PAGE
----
Judge Chutkan rules on protective order to limit Trump's speech in Special Counsel Smith's 2020 election case

 August 12, 2023

A hearing was held Friday on the broad protective order sought by Special Counsel Jack Smith against former President Donald Trump that would have essentially gagged and completely silenced him with regard to any and all materials turned over in the discovery process of the 2020 election/Jan. 6 criminal case.

U.S. District Judge Tanya Chutkan didn't agree to the full scope of what the special counsel's team had requested, but she did impose some limitations on what Trump would be allowed to share publicly in terms of evidence in the case, The New York Times reported.

In addition to the limitations on the former president's free speech rights, she also issued some rather direct warnings to Trump's team that the court would take any and all actions deemed necessary if Trump were to violate the protective order and publicly share information that could be construed as intimidating witnesses or prejudicing potential members of a jury.

Limitations imposed on what Trump can say and share

In seeking the broad protective order, the special counsel's team had pointed to social media posts and public statements from former President Trump that caused them some concerns that he might try to intimidate witnesses and other parties to the case or possibly taint the jury pool by publicly releasing information turned over by prosecutors to the defense in the discovery process.

"I do want to issue a general word of caution," Judge Chutkan said. "I intend to ensure the orderly administration of justice in this case as I would in any other case, and even arguably ambiguous statements by the parties or their counsel" that might be considered an effort to "intimidate witnesses or prejudice potential jurors" could trigger action from the court.

"I caution you and your client to take special care in your public statements in this case," she told Trump's attorneys. "I will take whatever measures are necessary to protect the integrity of these proceedings."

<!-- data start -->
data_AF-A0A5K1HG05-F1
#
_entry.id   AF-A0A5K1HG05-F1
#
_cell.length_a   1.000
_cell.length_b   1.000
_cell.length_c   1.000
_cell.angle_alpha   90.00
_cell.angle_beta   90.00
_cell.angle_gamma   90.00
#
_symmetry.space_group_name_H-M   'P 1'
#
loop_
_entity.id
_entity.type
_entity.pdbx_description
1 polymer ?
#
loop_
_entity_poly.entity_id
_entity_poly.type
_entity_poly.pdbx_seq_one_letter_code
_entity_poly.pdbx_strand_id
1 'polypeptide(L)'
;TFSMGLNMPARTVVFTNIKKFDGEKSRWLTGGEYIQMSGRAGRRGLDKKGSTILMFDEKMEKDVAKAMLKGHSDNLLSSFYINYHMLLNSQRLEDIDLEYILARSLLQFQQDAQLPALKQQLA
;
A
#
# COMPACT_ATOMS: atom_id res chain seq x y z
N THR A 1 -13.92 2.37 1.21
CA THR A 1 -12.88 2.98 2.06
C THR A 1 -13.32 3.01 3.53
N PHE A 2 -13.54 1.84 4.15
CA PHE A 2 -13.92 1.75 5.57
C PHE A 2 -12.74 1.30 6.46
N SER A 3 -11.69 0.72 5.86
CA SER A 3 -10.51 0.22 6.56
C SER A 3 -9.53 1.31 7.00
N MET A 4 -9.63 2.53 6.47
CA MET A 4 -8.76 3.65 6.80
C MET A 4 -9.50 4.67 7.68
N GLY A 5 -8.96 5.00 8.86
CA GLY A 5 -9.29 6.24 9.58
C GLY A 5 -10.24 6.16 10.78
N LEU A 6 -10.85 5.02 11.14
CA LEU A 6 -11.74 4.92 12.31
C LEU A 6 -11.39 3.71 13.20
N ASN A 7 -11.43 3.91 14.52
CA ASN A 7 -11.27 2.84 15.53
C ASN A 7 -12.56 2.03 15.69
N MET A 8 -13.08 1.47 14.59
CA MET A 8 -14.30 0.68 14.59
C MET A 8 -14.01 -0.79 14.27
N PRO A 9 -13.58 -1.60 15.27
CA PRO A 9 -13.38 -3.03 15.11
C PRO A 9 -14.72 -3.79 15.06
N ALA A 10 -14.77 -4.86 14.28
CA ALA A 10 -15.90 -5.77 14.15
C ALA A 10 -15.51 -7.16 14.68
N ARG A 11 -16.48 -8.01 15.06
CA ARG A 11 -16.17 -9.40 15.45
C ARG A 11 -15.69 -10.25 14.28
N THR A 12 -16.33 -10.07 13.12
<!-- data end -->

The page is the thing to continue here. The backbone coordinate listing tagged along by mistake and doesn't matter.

There is one particular and potentially large problem there, though, as noted by The Times -- former Vice President Mike Pence, who may be called to serve as a witness against Trump but who is also a current political opponent in the 2024 GOP primary race and is free to say anything he wants against his former boss, a situation Trump's attorney described as "uncharted waters" in that Trump must have "the right to respond" to anything Pence says without incurring a response from the court.

Trump has a "right to free speech" but that right "is not absolute"

While The Times largely portrayed Judge Chutkan's ruling on the protective order as a win for Special Counsel Smith, NPR reported that the judge's "mixed ruling" was actually a "partial win" for both sides in the case, as she rejected the overly broad protective order sought by prosecutors that would have completely silenced the former president about virtually anything and everything related to the case.

At the same time, however, she did impose some limitations on Trump's speech with regard to "sensitive" materials turned over in discovery, the definition of which she broadened somewhat to include things like witness testimony and audio recordings.

"Mr. Trump, like everyone else, has a First Amendment right to free speech," the judge said. "But that right is not absolute."

Judge issues warnings against "inflammatory statements" and "trial by media"

ABC News reported that while former President Trump was not present at the hearing, Judge Chutkan did appear to issue a direct warning against his tendency to make "inflammatory statements" that could cross the line and violate the protective order, which could prompt her to speed up the timeline for the trial to minimize the risk of a prejudiced jury pool.

"The more a party makes inflammatory statements about this case which could taint the jury pool or intimidate potential witnesses, the greater the urgency will be that we proceed to trial to ensure a jury pool from which we can select an impartial jury," she said.

The Washington Examiner reported that Judge Chutkan also issued a warning against "trial by media" that many would construe as being aimed squarely at Trump and his attorneys, as The Times' coverage portrayed, but could also be equally aimed at the steady trickle of selective leaks to the media from the special counsel's team.

"While I intend to ensure that Mr. Trump is afforded all the rights that any citizen would have, I also take seriously my obligation to prevent a carnival atmosphere of unchecked publicity and trial by media," Chutkan said, in reference to prior warnings against such by the Supreme Court, and added, "This case is no exception."

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